• Does providing a false identity when purchasing a phone really imply no legal expectation of privacy?
  • Does the Knotts precedent regarding the Fourth Amendment on public roads still apply where there has been no trespass AND no significant accumulation of information?
    • E.g., where CSLI is used to track a suspect in a car over a short period of time?

 

 

JonBenet Controversy and the Grand Jury


Procedural rules mandate that the deliberations of a grand jury and related documents should normally be withheld from the general public.  It has long been the view that the prosecutor retains discretion to charge or not to charge a defendant based on the grand jury’s decision to indict.

This has recently been challenged in the case of the Jonbenet Ramsey with respect to the then prosecutor’s decision to not pursue charges even though the grand jury voted to indict the victim’s parents.  There are a few issues that readily come to mind including: 1) the death of Jonbenet’s mother, Patricia Ramsey, and 2) nearly 18 years passed since the tragic death, leaving much of the evidence difficult to find or non-existent.

Many local and national news media outlets have extensively covered this story recently.  One article found on the CNN website discusses the probability and possibility of the prosecution to file new charges, given the inherent issues surrounding the evidence in the case.

Should grand jury deliberations be more or less transparent? Do you think it is proper to publicly release grand jury documents?  If so, how do you think this case should be resolved? How much discretion should the prosecution have if a grand jury makes their indictment decision?

We would like to hear your opinions.

Local Death Penalty


The District Attorney (“DA”) in the 2nd Judicial District of Colorado (Denver) decided to seek the death penalty after a gruesome crime scene at a Denver area bar.  Dexter Lewis and several accomplices are accused of stabbing five people to death and setting the bar ablaze.  Dexter Lewis now faces death row if convicted.  Interestingly, the Denver DA has not sought the death penalty in another case since 1999.  An article discussing the crime and the DA’s decision to seek the death penalty can be found here.

This case marks the first death penalty case brought in Denver in well over a decade and now joins the Aurora Movie Theater Shooting case for #2 Colorado death penalty case of the year. Do these cases suggest that it is somewhat unusual to adjudicate a death penalty case locally, or do we preserve the death penalty for the worst cases that come along every once in a while?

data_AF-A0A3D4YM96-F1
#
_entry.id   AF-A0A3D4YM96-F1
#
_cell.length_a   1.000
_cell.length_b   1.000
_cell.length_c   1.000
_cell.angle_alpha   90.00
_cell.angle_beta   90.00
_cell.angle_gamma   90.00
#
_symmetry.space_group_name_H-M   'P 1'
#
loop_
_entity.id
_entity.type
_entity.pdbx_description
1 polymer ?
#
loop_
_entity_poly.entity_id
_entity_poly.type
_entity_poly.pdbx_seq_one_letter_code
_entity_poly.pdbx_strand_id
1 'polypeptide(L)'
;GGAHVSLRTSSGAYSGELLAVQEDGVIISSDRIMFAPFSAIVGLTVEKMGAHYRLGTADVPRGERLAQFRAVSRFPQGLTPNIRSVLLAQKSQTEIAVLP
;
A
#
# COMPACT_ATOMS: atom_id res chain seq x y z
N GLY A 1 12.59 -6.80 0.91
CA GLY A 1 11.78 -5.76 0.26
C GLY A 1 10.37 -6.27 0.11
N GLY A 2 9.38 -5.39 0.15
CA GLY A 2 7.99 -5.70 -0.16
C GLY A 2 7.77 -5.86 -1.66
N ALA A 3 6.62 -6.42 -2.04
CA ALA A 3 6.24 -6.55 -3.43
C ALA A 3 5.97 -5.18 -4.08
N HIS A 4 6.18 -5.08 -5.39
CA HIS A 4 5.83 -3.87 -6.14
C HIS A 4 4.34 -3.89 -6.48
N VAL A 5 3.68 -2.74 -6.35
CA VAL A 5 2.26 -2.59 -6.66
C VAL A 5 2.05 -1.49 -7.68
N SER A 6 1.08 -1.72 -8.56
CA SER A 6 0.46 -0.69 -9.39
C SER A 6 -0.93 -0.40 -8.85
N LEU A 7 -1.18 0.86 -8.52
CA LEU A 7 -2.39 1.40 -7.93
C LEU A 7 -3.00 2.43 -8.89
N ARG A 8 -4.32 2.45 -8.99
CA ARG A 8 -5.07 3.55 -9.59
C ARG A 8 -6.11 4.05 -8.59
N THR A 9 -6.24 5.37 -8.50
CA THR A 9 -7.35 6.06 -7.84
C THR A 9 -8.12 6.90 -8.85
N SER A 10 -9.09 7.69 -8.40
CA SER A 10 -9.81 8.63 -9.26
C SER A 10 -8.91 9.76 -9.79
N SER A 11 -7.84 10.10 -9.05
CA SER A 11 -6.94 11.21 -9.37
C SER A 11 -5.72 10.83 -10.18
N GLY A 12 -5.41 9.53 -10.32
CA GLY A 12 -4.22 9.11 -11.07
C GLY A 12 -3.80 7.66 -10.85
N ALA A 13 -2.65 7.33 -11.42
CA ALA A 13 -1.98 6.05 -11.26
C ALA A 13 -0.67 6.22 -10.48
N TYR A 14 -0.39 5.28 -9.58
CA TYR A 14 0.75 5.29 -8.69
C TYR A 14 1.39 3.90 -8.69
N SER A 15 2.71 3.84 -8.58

What is going on in Denver?

So why have there been so few death penalty cases in Denver?  Some question whether a jury will go for the death penalty in Denver.  Perhaps that is part of the reason why death penalty cases are far and few between.  Of course, some jurisdictions in Colorado seek the death penalty more often than Denver.  Surely, demographics play some part in these decisions.  Not only the jury makes the decisions; the prosecution has a difficult determination to make.  In a typical death penalty case, the prosecutor would weigh aggravating factors against mitigating factors in determining whether to pursue the death penalty.  Anyone interested can review the statutory aggravating and mitigating factors by reviewing C.R.S. 18-1.3-1201 (2012).

Here is a quick look at some death penalty statistics for Colorado:

According to the folks at www.deathpenltyinfo.org, Colorado is home to a total of four death row inmates, including Nathan Dunlap.  Governor John Hickenlooper granted Mr. Dunlap temporary stay for execution proceedings originally scheduled for the end of this month.  Before this case, Gary White was the last individual to be executed in Colorado in 1997.  The last time a Denver jury sentenced a person to death was in 1986.  Lately, Colorado has gone years without seeking the death penalty and other years with no more than one or two death penalty cases.

Many factors Could Be at Play

Is it possible that the death penalty light is flickering out?  Is the status quo just fine? Perhaps prosecutors cannot justify many cases to be punishable by death sentence because of the aggravating/mitigating factors.  Maybe juries are less likely to sentence a person to death so prosecutors do not ask for it often?  Maybe death penalty cases are too expensive and complex to adjudicate?

Let us know what you think: